At least 43 Palestinians were killed and more than 1,000 wounded by Israeli troops on the Gaza border Monday, in what might be just a prelude to more violence to come in a week that includes both the controversial opening of the new U.S. Embassy in Jerusalem and planned protests throughout the Palestinian territories.
Hamas, which rules Gaza, has been holding regular protests at the Israeli-Gaza border in the lead-up to May 15, the date on which Palestinians observe Nakba (“Catastrophe”) Day, to commemorate the displacement of Palestinians following the Israeli declaration of independence on May 14, 1948. Dozens have been killed at the border over the past few weeks, and Monday’s violence was the worst so far.* Palestinians hurled stones, firebombs and burning tires, while Israeli troops responded with live sniper fire.
There’s unlikely to be any respite from the violence and tension Tuesday, when marches are planned throughout Jerusalem and the West Bank for Nakba Day. While the Palestinian Authority, dominated by President Mahmoud Abbas’ Fatah party, is supporting the protests, it’s unclear to what extent it will support direct clashes with Israel.
Monday’s protests and killings followed a weekend of violence that also included a Saturday night Israeli airstrike on a tunnel in Northern Gaza and clashes in Jerusalem between police and Palestinians protesting the hundreds of Jewish worshippers who visited the Temple Mount on Sunday to mark Jerusalem Day, a holiday commemorating the reunification of the city in 1967.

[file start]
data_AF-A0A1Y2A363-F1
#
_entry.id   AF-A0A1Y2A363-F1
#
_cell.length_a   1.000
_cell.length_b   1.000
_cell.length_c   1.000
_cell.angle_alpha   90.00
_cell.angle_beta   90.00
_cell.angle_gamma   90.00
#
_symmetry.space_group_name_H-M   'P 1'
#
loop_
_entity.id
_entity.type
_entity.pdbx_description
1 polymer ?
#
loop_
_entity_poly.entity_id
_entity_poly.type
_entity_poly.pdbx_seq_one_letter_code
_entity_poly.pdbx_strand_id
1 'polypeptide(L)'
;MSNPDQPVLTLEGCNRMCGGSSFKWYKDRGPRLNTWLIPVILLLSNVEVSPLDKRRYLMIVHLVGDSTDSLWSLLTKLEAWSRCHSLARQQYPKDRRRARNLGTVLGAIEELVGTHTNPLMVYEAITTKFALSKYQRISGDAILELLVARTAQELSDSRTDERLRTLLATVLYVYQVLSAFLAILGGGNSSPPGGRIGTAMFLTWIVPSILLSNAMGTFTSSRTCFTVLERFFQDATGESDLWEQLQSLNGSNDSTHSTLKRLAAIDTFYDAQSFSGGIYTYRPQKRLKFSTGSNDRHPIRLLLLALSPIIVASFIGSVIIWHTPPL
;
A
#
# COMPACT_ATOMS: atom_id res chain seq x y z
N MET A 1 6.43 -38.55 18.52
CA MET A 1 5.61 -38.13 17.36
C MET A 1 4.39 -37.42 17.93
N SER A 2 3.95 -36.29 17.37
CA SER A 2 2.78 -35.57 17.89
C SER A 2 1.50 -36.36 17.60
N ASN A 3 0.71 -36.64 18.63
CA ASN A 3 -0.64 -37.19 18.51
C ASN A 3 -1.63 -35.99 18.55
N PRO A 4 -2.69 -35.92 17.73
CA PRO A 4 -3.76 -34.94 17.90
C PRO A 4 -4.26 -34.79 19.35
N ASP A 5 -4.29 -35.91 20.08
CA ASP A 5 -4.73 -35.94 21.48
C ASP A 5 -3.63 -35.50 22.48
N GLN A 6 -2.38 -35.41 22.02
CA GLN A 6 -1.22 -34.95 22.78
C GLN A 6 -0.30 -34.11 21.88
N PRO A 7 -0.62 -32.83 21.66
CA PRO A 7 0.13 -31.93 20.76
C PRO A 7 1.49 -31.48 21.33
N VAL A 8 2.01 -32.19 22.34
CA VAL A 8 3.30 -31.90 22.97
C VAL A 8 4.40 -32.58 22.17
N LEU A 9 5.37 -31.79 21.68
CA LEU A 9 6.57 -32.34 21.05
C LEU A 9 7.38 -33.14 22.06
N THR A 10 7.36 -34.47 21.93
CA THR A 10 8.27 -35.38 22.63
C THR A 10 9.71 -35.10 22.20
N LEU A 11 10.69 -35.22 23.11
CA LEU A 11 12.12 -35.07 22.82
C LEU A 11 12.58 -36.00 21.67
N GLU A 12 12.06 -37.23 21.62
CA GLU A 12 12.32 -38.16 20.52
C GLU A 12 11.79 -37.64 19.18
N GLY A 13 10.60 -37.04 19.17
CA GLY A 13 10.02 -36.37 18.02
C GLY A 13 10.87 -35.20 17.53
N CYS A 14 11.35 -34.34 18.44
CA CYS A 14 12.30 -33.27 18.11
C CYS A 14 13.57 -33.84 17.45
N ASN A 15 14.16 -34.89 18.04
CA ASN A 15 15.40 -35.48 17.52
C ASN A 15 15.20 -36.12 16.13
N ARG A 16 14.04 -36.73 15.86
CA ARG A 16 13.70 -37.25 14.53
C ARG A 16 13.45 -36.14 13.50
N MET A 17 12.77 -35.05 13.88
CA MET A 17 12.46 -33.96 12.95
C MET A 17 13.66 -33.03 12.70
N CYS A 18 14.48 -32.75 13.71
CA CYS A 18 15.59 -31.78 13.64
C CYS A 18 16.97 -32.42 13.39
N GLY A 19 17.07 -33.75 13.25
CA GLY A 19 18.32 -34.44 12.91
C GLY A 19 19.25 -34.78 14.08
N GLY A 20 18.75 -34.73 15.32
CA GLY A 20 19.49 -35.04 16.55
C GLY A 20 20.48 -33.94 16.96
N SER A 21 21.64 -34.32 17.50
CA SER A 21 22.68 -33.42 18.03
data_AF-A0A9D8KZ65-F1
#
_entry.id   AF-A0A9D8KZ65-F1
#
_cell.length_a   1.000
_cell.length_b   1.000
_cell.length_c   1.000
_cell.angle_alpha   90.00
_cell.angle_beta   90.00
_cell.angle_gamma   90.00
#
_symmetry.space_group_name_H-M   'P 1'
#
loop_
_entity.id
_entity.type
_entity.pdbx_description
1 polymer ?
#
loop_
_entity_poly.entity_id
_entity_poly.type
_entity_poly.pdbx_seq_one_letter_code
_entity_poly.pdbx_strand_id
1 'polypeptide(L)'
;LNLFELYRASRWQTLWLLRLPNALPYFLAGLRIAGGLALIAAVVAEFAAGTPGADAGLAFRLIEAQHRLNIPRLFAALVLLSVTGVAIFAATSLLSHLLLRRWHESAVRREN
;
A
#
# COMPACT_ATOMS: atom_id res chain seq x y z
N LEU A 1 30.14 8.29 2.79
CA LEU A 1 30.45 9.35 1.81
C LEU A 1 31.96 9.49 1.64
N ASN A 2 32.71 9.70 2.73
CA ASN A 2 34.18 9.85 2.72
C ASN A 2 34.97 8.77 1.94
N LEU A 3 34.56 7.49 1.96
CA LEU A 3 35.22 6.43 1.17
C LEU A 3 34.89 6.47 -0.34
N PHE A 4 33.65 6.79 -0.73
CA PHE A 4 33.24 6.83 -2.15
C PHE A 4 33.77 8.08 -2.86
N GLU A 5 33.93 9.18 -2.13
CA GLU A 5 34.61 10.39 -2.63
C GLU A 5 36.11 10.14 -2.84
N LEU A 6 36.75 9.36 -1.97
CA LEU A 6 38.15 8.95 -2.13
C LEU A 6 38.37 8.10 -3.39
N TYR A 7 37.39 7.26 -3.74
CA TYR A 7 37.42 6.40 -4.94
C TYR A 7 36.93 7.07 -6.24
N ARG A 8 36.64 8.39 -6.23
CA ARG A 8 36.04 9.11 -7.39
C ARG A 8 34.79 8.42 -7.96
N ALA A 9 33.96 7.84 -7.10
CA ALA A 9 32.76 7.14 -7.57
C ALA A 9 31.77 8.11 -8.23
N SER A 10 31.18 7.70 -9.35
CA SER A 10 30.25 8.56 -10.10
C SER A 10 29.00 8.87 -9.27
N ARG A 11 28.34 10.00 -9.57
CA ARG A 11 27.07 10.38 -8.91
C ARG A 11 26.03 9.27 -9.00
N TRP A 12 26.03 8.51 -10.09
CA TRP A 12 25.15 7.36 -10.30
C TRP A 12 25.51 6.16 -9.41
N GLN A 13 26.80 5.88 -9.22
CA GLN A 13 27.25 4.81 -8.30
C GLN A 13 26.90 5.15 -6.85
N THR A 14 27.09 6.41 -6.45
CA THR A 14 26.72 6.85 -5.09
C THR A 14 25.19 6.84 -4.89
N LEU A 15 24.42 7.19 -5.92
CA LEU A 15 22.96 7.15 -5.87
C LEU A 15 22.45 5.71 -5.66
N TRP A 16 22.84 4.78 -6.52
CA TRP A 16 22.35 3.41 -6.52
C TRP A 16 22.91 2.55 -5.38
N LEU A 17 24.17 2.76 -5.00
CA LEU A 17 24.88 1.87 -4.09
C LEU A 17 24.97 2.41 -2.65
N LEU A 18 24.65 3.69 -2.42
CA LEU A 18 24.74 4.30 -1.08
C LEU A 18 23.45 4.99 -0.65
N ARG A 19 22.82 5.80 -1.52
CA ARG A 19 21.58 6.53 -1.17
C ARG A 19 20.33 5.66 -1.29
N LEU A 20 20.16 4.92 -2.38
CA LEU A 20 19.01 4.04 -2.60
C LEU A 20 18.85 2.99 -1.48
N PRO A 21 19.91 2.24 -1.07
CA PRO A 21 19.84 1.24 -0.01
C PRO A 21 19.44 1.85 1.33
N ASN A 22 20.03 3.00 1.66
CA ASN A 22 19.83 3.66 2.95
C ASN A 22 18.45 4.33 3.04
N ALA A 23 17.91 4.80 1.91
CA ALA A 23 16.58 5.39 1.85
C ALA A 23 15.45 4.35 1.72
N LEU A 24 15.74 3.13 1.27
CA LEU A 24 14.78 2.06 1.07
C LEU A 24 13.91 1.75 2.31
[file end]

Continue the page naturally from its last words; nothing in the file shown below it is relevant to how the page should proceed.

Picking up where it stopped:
The various anniversaries and commemorations this week would be tense enough without the additional flashpoint of the embassy move. The “new embassy,” which is actually just a pre-existing consular facility where Ambassador David Friedman and a few staffers will work until a permanent new facility is built, was formally opened Monday in a ceremony attended by a U.S. delegation including Ivanka Trump, Jared Kushner, Treasury Secretary Steve Mnuchin, and GOP donor Sheldon Adelson. Most European governments are boycotting the ceremony.
With the embassy move, along with the decision last week to withdraw from the Iran nuclear agreement, the Trump administration has been working out brilliantly for Prime Minister Benjamin Netanyahu’s otherwise beleaguered government. On the other hand, given that Palestinian leaders have been effectively boycotting contact with U.S. officials since the embassy move was announced in December—the delegation in town for the ceremony won’t meet with any Palestinians—Trump’s formerly stated intention of dispatching Kushner to reach the “ultimate deal” for Mideast peace has been put on hold indefinitely.
Judging by the events of this week, the trend is moving in the opposite direction.
*Correction, May 15, 2018: This piece originally misstated that hundreds of protesters have been killed at the Israel-Gaza border in recent weeks. It has been fewer than 100.